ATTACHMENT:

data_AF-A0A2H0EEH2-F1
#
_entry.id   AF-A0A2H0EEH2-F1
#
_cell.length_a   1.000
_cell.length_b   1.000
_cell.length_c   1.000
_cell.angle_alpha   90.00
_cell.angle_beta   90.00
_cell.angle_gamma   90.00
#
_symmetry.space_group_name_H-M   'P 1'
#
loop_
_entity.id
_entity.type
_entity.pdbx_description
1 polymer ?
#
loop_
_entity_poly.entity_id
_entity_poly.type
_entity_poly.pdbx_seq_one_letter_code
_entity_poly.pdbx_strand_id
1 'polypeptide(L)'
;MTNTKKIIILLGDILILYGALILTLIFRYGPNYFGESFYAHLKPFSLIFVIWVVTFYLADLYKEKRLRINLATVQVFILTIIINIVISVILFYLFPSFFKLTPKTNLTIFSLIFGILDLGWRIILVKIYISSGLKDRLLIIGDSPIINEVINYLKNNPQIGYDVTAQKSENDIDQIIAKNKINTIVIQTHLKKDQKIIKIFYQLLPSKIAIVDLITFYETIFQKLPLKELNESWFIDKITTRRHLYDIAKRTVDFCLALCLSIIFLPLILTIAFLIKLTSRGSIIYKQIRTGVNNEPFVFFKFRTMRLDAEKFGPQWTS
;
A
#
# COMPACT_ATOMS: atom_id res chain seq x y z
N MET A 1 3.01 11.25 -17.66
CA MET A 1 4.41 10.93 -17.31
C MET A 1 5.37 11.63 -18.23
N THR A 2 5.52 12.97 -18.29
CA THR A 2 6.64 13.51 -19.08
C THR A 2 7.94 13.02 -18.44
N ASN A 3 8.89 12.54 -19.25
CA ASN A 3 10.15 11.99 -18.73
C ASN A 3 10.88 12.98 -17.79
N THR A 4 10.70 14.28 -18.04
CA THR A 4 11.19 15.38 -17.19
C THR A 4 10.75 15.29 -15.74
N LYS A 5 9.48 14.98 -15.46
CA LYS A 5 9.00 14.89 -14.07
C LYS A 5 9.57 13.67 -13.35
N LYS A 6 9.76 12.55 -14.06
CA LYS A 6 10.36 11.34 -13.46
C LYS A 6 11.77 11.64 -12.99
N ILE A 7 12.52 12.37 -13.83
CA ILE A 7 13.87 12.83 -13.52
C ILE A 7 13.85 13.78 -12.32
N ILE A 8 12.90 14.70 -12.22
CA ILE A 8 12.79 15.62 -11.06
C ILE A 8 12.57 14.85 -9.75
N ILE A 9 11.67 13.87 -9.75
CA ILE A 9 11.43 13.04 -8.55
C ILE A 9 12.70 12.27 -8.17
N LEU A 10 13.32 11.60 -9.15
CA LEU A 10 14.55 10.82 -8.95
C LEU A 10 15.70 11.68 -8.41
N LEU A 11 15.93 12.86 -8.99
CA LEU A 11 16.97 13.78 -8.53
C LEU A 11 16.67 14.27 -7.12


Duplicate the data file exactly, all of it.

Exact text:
data_AF-A0A2H0EEH2-F1
#
_entry.id   AF-A0A2H0EEH2-F1
#
_cell.length_a   1.000
_cell.length_b   1.000
_cell.length_c   1.000
_cell.angle_alpha   90.00
_cell.angle_beta   90.00
_cell.angle_gamma   90.00
#
_symmetry.space_group_name_H-M   'P 1'
#
loop_
_entity.id
_entity.type
_entity.pdbx_description
1 polymer ?
#
loop_
_entity_poly.entity_id
_entity_poly.type
_entity_poly.pdbx_seq_one_letter_code
_entity_poly.pdbx_strand_id
1 'polypeptide(L)'
;MTNTKKIIILLGDILILYGALILTLIFRYGPNYFGESFYAHLKPFSLIFVIWVVTFYLADLYKEKRLRINLATVQVFILTIIINIVISVILFYLFPSFFKLTPKTNLTIFSLIFGILDLGWRIILVKIYISSGLKDRLLIIGDSPIINEVINYLKNNPQIGYDVTAQKSENDIDQIIAKNKINTIVIQTHLKKDQKIIKIFYQLLPSKIAIVDLITFYETIFQKLPLKELNESWFIDKITTRRHLYDIAKRTVDFCLALCLSIIFLPLILTIAFLIKLTSRGSIIYKQIRTGVNNEPFVFFKFRTMRLDAEKFGPQWTS
;
A
#
# COMPACT_ATOMS: atom_id res chain seq x y z
N MET A 1 3.01 11.25 -17.66
CA MET A 1 4.41 10.93 -17.31
C MET A 1 5.37 11.63 -18.23
N THR A 2 5.52 12.97 -18.29
CA THR A 2 6.64 13.51 -19.08
C THR A 2 7.94 13.02 -18.44
N ASN A 3 8.89 12.54 -19.25
CA ASN A 3 10.15 11.99 -18.73
C ASN A 3 10.88 12.98 -17.79
N THR A 4 10.70 14.28 -18.04
CA THR A 4 11.19 15.38 -17.19
C THR A 4 10.75 15.29 -15.74
N LYS A 5 9.48 14.98 -15.46
CA LYS A 5 9.00 14.89 -14.07
C LYS A 5 9.57 13.67 -13.35
N LYS A 6 9.76 12.55 -14.06
CA LYS A 6 10.36 11.34 -13.46
C LYS A 6 11.77 11.64 -12.99
N ILE A 7 12.52 12.37 -13.83
CA ILE A 7 13.87 12.83 -13.52
C ILE A 7 13.85 13.78 -12.32
N ILE A 8 12.90 14.70 -12.22
CA ILE A 8 12.79 15.62 -11.06
C ILE A 8 12.57 14.85 -9.75
N ILE A 9 11.67 13.87 -9.75
CA ILE A 9 11.43 13.04 -8.55
C ILE A 9 12.70 12.27 -8.17
N LEU A 10 13.32 11.60 -9.15
CA LEU A 10 14.55 10.82 -8.95
C LEU A 10 15.70 11.68 -8.41
N LEU A 11 15.93 12.86 -8.99
CA LEU A 11 16.97 13.78 -8.53
C LEU A 11 16.67 14.27 -7.12